Brilliant new biography of iconic Dr Feelgood frontman

Out: November 19th as paperback and ebook

The influence and legacy of Dr Feelgood have long been assured however, there has undoubtedly been renewed interest in the past couple of years, largely due to the circumstances surrounding Wilko Johnson’s illness. Much focus has been on his signature guitar sound, and rightly so as it is special in many ways. Reading Zoe Howe’s excellent biography of frontman Lee Brilleaux, though, it becomes clear that despite the wishes of both men Dr Feelgood were often seen as containing two huge egos duelling for the crowd’s attention. It seems that neither Lee nor Wilko wanted this and were more than happy to spark off each other to produce live performances that were at the time almost a revelation in their intensity.

Zoe Howe presents a fascinating portrait of Lee Collinson (Lee’s pre-Brilleaux name) a brilliant wit and mimic who never forgot the impact of watching a Howlin’ Wolf performance. This led him to become a Blues obsessive with a knowledge that intimidated Wilko Johnson, despite Lee being the younger man. Lee was also, surprisingly given the majority of the Feelgood’s output, initially dismissive of rock and roll and then felt guilty about getting into it. Collinson had a gift for poetry, cartoons and dropping quotes from TV programmes into conversations with Hawaii Five-O a particular favourite. In fact, main character Steve McGarrett was a big influence on the emerging Brilleaux image; that of style alongside a manic and aggressive stage persona. Maybe the most succinct summary of this contrasting character is provided by Fred, a Feelgood roadie; “Lee was a total gentleman. Two sides of him: onstage, street Herbert; offstage, gentleman scholar.”

The narrative reveals some delicious images of the early Feelgoods performing to growing audiences in London before heading back to Canvey Island to smoke industrial quantities of weed. Despite their popularity with a smitten music press and many besides, the major labels were reluctant to commit to signing them, ostensibly due to a ‘vinyl crisis’ at the time. It took a conversation between Nick Lowe and United Artists’ Andrew Lauder in which Lowe stressed their similarity to Johnny Kidd and the Pirates to get the band signed up.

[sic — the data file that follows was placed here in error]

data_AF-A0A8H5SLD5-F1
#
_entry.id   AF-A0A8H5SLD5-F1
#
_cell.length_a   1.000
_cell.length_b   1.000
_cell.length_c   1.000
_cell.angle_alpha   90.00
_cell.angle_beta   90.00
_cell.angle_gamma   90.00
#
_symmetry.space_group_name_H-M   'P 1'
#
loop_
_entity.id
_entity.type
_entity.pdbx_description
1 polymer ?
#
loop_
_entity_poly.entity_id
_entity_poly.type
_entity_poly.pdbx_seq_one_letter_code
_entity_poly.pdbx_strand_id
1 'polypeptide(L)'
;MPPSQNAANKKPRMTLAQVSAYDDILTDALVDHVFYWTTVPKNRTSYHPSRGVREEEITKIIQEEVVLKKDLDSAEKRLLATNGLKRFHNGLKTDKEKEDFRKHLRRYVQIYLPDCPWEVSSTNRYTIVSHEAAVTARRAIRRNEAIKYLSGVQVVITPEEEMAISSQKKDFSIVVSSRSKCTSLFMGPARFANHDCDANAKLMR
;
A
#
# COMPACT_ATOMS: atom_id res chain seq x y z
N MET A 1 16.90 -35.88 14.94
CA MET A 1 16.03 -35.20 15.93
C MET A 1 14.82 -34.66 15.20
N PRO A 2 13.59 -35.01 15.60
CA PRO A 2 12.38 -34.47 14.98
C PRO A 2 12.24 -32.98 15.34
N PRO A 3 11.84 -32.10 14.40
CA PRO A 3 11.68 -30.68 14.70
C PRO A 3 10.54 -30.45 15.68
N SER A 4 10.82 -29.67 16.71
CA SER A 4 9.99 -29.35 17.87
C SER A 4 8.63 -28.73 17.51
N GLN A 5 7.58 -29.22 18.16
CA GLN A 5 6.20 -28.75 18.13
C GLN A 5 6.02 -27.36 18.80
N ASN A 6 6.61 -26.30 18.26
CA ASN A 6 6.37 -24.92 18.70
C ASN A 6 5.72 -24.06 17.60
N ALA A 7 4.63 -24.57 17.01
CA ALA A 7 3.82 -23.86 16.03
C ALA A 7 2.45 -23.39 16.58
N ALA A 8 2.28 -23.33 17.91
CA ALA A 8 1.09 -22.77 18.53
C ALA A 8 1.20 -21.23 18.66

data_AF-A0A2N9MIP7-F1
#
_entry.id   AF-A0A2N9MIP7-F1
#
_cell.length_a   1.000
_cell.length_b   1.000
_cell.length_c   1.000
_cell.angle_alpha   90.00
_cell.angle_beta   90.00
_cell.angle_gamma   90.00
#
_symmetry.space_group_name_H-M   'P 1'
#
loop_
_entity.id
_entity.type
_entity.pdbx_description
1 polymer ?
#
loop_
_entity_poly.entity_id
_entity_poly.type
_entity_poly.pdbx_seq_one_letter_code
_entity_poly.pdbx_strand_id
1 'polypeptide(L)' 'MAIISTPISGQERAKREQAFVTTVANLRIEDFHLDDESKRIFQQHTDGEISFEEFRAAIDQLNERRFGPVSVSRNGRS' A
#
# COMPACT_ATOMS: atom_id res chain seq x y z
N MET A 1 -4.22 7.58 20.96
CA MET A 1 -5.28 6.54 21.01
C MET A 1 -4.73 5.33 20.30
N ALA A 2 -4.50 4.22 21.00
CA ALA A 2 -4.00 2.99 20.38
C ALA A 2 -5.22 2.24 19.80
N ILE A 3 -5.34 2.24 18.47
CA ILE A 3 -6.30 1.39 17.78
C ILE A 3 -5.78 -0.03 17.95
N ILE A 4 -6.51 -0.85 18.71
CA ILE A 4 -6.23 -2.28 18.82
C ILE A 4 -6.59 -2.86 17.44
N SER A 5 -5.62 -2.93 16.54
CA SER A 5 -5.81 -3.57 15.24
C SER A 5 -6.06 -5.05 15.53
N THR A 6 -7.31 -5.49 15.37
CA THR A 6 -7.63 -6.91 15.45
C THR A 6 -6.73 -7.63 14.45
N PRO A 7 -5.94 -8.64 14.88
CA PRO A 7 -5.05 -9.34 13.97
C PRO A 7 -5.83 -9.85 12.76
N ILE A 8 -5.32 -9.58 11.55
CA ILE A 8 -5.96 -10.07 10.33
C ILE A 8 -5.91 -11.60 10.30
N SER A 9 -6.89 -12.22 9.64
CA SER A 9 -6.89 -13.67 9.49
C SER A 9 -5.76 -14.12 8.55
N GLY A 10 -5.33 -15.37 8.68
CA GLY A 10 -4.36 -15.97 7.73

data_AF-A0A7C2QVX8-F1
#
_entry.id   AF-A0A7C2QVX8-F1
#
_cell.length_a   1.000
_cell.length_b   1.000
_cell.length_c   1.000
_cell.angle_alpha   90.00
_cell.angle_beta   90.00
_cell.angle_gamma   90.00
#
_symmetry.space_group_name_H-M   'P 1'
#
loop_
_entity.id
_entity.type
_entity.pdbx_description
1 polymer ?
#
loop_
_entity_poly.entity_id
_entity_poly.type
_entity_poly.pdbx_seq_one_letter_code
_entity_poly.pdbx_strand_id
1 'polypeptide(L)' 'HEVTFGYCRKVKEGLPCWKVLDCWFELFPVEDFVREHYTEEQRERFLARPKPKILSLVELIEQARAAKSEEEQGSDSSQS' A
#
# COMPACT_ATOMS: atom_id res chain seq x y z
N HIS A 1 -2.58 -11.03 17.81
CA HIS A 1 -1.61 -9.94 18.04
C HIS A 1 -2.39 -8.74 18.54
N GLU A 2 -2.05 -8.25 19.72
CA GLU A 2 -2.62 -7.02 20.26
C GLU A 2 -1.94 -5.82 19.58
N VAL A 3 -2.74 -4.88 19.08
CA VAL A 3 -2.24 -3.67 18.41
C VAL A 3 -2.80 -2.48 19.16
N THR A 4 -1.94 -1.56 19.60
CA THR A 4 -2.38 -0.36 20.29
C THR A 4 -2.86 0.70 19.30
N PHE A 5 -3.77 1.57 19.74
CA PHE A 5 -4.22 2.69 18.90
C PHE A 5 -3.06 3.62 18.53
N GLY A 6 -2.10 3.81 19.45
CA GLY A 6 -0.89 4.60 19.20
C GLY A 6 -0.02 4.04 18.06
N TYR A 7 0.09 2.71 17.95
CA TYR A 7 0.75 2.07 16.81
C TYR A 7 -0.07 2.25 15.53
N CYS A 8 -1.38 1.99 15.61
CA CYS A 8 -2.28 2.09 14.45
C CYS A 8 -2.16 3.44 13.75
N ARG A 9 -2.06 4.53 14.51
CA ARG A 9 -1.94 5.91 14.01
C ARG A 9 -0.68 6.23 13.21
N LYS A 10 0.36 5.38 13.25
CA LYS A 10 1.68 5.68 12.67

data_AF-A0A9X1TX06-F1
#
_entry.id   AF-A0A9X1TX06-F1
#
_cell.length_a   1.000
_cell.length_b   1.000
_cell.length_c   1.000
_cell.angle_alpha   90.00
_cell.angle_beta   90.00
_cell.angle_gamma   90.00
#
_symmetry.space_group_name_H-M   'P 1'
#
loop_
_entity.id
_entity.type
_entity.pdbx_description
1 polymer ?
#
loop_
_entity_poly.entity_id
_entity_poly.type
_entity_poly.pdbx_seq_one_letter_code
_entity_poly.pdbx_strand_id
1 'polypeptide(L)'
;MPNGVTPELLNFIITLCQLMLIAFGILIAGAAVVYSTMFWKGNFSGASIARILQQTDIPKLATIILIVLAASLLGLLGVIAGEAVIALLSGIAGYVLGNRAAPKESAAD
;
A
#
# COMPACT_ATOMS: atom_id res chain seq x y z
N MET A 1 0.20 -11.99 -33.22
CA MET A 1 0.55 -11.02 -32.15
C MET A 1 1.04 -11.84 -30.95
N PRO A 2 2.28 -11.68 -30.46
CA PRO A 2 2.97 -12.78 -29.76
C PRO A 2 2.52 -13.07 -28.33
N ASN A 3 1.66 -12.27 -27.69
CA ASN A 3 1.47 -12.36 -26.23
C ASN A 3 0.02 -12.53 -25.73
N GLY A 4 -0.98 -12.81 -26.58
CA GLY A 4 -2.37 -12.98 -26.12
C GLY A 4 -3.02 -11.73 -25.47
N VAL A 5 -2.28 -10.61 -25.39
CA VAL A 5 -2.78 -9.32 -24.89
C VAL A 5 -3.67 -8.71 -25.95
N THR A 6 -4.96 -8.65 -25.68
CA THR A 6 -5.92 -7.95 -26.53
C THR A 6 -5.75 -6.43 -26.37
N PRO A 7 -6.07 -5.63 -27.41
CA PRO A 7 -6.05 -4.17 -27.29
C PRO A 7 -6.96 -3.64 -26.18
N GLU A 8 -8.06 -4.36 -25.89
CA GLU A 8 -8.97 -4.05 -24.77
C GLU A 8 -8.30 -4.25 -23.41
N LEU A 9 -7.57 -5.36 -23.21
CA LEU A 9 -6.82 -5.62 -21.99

One of the most telling insights is the subject of the songwriting responsibilities in Dr Feelgood which seem to reveal so much about the respective frontmen. Wilko was prodigious and Lee later revealed that he felt intimidated by Wilko and his university education, an issue which still baffles Wilko to this day. He is convinced that Lee was more than capable of writing but also that Lee harboured issues because Wilko had attended university. “He could have easily gone to university but he didn’t….there were all these hurt and misunderstood feelings. Man, we got each other wrong in so many ways.”

Getting each other wrong is almost certainly one of the main reasons why Wilko and Dr Feelgood parted in 1977. Wilko feels his departure was long planned by the band, Lee’s view was that it was more of Wilko’s own choice and somewhat inevitable. Whatever the truth, what shines through is Lee’s determination that the show must go on. Gypie Mayo (another Brilleaux name) was swiftly recruited and saw the band move to further chart success, their “winning lottery ticket” as Brilleaux described him. Dr Feelgood would continue to work at such a pace that other founder members eventually cried enough but Brilleaux’s appetite for performance remained strong. Indeed, one of the most moving passages describes his determination to perform for the final time despite being terminally ill and his insistence that the final line-up of Feelgood should continue to perform after his death.

Zoe Howe is one of our finest music biographers and this work is further evidence of her subtle talent for bringing the subject to life whilst simultaneously placing them in the wider context of the music scene they inhabited. In the case of Lee Brilleaux, she has undoubtedly done us a great service as this is a book that needed to be written about the iconic frontman of one of the most influential British bands of all time.


For more information please visit Zoe Howe’s website she is also on Facebook and tweets as @zoehowe.

261 pp

Published by Polygon

ISBN 9781846973352

All words by Dave Jennings. More from Dave can be found at his Louder Than War author’s archive. He is also on Twitter as @blackfoxwrexham

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